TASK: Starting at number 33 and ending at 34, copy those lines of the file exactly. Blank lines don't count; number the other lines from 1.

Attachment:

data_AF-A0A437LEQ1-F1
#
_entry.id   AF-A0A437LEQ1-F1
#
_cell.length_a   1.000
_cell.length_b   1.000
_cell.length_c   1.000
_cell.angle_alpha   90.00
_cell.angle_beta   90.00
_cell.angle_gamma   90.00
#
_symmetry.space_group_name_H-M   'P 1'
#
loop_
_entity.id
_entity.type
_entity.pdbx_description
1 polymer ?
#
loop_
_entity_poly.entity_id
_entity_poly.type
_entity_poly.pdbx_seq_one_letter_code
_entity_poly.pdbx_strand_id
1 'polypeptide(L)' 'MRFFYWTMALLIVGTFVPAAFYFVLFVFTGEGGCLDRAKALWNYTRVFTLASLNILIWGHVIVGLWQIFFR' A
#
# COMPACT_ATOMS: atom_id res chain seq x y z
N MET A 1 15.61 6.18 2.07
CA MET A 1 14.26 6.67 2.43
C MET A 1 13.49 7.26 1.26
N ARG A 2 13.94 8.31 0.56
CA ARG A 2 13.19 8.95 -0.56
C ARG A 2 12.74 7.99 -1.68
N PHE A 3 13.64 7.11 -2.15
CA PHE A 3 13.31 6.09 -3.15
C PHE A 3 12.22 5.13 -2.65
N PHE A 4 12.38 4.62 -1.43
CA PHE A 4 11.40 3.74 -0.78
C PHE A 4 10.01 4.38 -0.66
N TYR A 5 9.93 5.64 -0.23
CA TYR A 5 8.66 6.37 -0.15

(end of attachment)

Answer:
C ARG A 2 12.74 7.99 -1.68
N PHE A 3 13.64 7.11 -2.15